Say you’re a budding entrepreneur ready to launch a small business in hand-crafted soaps. You’ve created your own logo (which everyone loves), you’ve handed out soaps to every friend and family member (and of course, everyone loves them), and you’ve had a record 26 comments to your business announcement on Facebook. Looks like you are ready to take the soap world by storm, right? Well, not so much.
Here’s another example. I was watching Restaurant Impossible a while ago and there was a couple half a million dollars in debt and about ready to close the doors. When asked if they had any previous experience in the restaurant industry, they replied “no.” When asked why they had gotten into the restaurant business, they replied “our family said we make really good food so we thought ‘why not?’.” If you’ve ever seen the show, Mr. Irvine gave them a laundry list of reasons ‘why not.’
They may very well make excellent food and the entrepreneur may make exquisite soaps, but just because you expect great things doesn’t mean it’s going to happen. Seth Godin refers to this as “magical thinking”, and that’s exactly what it is. It’s tossing out all the practical things that are required to run a business and hoping your social media posts go viral, you’ll have orders up the kazoo, and retire at 48.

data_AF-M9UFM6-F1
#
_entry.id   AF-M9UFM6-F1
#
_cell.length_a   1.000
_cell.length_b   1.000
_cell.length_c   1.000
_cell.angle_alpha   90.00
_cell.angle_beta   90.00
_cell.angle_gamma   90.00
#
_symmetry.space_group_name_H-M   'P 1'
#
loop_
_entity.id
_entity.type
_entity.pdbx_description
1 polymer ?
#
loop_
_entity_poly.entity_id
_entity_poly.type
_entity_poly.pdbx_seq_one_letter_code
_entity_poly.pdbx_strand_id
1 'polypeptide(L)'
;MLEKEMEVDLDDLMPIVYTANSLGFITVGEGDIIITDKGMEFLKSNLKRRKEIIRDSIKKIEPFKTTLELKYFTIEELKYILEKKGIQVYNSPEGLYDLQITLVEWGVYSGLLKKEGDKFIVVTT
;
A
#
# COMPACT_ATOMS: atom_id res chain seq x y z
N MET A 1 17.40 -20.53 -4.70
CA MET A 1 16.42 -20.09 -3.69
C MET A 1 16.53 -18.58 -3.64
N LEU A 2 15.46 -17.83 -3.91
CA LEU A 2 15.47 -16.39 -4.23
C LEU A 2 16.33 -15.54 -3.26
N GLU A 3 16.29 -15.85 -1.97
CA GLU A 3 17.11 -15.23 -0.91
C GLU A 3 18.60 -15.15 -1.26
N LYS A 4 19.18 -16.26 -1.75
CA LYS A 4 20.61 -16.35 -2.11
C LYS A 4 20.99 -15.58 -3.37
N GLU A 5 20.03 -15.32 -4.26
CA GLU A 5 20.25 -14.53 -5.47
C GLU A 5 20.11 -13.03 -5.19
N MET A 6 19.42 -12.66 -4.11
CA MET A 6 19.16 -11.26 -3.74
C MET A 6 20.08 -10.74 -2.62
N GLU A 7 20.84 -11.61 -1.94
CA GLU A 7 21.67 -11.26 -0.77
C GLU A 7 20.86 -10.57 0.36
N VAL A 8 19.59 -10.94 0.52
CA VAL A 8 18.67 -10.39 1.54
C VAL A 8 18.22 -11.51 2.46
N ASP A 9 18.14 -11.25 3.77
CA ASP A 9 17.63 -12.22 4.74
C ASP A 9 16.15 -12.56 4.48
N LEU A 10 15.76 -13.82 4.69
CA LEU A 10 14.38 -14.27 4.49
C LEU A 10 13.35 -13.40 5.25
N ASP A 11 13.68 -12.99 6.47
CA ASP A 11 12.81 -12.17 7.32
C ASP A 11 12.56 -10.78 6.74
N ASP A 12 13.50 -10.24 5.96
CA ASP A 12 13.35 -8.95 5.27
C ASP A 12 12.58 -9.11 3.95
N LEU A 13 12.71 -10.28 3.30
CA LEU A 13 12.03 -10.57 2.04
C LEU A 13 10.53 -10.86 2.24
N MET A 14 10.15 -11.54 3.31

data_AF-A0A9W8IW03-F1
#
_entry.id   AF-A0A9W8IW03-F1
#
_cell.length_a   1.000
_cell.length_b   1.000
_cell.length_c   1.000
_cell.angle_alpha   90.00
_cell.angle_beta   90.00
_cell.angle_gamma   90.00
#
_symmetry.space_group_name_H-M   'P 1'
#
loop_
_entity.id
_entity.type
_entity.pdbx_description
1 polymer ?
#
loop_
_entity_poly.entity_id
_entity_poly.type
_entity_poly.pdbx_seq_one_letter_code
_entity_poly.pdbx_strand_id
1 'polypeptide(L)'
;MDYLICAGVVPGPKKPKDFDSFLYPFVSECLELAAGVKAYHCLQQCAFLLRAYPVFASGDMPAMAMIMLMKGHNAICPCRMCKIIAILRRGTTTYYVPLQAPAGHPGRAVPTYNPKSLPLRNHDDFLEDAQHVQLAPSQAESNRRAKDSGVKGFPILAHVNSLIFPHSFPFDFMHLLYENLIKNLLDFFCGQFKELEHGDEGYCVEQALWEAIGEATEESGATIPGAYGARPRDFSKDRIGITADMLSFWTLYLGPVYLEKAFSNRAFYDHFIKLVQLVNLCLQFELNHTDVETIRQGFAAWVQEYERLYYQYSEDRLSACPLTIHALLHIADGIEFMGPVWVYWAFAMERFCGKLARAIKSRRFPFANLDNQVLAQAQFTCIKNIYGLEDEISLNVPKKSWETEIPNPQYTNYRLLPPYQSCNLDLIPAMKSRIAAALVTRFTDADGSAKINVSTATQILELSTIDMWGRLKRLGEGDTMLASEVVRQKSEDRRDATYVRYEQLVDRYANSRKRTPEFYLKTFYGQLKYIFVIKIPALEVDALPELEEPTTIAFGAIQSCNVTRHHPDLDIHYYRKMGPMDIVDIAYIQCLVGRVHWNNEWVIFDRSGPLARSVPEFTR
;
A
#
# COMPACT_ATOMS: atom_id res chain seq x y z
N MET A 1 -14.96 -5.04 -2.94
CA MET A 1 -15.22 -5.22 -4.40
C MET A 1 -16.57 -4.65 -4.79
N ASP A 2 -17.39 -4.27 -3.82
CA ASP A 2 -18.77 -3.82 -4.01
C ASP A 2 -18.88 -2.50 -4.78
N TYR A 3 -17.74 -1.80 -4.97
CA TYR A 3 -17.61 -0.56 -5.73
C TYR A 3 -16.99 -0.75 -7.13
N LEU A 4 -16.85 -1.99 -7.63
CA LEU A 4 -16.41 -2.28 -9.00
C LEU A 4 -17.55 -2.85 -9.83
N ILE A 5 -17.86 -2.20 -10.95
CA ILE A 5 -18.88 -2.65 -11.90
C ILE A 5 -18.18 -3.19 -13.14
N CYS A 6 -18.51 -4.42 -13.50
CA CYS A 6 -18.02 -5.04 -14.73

Building a business is super hard work. It requires a clear plan and even clearer expectations. I think two things are actually happening here. One is that folks flat-out ignore how to do things the right way (business plan, marketing plan, identity development, advertising, etc..). They think their product or service is so spectacular they don’t need to follow standard business protocol.
Two is that they assume their entire target market (all 50 million of them) thinks exactly like their friends and family do. Remember, friends and family often say they like things to be supportive… even when they don’t necessarily think it’s fabulous.
All this isn’t to discourage the would-be business owner. It’s simple to keep things in perspective. You can dream all you want about your product getting on Oprah’s Favorite Things list, but don’t plan on it. Do the hard work necessary to get there and when it happens, you can bask in the glory of a job well done. No magic needed.